Monday, June 6, 2011

Windows XP File and Folder

Whenever information is created and saved—whether that is a document, a picture, a spreadsheet, or just about anything else—that item is saved as a file. A file can then be opened by certain applications that were written to open that kind of file. A folder is an electronic storage place in which you can organize and keep files. Although file and folder usage is quite simple on the surface, there are a number of underlying configuration problems and issues.

Folders are Windows XP containers that are designed to hold files and other folders. The purpose of folders, as you might guess is to organize information. Just like a filing cabinet needs folders in order to structure information in a logical, useful way.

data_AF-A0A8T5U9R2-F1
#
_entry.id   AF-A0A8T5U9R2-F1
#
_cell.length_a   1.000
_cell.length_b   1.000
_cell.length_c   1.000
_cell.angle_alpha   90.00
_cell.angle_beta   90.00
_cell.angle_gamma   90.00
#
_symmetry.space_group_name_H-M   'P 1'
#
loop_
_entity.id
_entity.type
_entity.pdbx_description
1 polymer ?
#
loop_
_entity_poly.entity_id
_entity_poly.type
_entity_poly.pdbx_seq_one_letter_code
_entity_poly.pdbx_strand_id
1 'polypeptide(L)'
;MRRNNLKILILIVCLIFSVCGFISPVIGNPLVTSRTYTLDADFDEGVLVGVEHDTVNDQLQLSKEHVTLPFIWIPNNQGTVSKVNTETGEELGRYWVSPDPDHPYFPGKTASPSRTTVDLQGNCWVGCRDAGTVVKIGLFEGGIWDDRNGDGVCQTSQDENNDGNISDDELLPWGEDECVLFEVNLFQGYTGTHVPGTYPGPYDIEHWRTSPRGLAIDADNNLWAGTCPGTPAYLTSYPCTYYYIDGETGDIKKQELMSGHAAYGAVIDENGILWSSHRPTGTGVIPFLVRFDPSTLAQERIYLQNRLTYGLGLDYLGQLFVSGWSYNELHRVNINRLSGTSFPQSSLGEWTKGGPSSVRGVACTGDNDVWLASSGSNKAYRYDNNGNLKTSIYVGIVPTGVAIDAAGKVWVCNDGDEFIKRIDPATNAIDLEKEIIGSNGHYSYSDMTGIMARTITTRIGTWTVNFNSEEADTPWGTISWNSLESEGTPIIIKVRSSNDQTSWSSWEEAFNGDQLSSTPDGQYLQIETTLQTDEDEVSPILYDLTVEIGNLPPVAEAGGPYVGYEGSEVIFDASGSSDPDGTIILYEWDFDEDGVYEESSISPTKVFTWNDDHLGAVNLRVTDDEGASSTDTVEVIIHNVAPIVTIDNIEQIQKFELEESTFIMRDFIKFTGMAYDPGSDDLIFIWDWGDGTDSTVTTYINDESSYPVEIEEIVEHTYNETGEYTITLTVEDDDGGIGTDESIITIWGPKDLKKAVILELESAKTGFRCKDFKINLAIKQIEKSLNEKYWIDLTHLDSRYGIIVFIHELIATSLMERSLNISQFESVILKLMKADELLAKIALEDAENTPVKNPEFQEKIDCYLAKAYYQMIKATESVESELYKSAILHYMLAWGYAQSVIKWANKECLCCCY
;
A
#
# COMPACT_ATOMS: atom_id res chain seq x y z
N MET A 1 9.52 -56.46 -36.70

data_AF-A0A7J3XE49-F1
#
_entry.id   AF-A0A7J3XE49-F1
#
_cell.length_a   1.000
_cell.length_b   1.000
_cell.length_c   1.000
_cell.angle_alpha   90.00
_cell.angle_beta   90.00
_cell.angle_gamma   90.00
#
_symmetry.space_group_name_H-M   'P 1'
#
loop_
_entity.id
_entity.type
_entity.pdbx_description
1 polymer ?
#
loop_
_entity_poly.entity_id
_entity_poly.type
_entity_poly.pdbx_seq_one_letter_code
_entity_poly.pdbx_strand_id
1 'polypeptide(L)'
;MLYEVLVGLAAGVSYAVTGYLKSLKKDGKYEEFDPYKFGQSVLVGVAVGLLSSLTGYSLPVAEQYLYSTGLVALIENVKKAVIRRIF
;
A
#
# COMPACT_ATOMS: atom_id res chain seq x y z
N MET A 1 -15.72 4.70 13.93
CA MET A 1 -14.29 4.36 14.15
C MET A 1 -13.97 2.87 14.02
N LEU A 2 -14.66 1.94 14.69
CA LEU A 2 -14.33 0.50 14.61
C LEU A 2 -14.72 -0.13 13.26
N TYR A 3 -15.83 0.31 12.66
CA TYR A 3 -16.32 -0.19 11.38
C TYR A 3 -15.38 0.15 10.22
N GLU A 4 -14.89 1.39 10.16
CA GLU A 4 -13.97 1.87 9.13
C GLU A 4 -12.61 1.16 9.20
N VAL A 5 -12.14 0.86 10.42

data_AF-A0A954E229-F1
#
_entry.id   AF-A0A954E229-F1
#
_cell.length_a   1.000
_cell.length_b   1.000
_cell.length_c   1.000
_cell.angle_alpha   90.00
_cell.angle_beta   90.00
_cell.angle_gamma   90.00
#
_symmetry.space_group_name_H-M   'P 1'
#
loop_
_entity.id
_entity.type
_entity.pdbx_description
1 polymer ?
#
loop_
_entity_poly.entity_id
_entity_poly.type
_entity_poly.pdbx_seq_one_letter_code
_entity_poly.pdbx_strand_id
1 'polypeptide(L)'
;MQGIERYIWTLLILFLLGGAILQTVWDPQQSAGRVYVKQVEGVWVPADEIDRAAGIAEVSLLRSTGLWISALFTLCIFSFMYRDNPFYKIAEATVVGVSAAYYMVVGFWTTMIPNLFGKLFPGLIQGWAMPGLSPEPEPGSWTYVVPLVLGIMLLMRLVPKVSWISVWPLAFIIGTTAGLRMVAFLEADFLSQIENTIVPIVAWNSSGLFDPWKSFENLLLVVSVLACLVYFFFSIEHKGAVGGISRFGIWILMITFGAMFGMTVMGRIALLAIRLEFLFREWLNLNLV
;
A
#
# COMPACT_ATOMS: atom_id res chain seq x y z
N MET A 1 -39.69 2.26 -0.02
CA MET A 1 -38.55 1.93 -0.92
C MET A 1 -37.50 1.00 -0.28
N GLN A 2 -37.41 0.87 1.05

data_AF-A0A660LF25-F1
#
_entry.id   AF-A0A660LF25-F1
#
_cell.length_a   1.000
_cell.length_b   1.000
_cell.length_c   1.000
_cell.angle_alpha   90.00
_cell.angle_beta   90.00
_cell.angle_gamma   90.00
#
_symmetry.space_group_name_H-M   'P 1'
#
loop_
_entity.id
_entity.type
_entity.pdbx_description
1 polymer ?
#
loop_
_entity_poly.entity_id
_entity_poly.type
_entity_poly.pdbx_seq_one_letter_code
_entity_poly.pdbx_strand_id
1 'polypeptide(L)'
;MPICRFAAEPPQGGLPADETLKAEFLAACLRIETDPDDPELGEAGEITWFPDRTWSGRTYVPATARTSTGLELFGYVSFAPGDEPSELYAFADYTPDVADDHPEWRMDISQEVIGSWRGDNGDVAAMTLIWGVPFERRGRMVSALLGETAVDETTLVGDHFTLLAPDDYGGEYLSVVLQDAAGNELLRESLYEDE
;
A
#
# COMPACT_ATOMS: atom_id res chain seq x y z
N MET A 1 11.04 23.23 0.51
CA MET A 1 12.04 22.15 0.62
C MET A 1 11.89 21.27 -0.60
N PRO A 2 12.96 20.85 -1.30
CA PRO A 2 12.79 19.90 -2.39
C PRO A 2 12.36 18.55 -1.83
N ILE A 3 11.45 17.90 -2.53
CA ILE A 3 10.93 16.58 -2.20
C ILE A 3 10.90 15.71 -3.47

Windows XP uses folders to help you store and locate information. In
fact, Windows XP even uses its own internal folders to keep operating system files organized and accessible to system files and applications. Windows XP tries to help you manage information by giving you a basic folder, which is My Documents, which also contains My Music and My Pictures. Windows XP is smart enough to understand different types of files and it will try to help you organize your information. For example, Windows XP can recognize a picture file and it will prompt you to save the file in the My Pictures folder.

You don’t have to do that of course, but this is another example of Windows XP trying to help you.

Basically, folders are a mainstay of information management and your use of them can make your work with Windows XP much easier.

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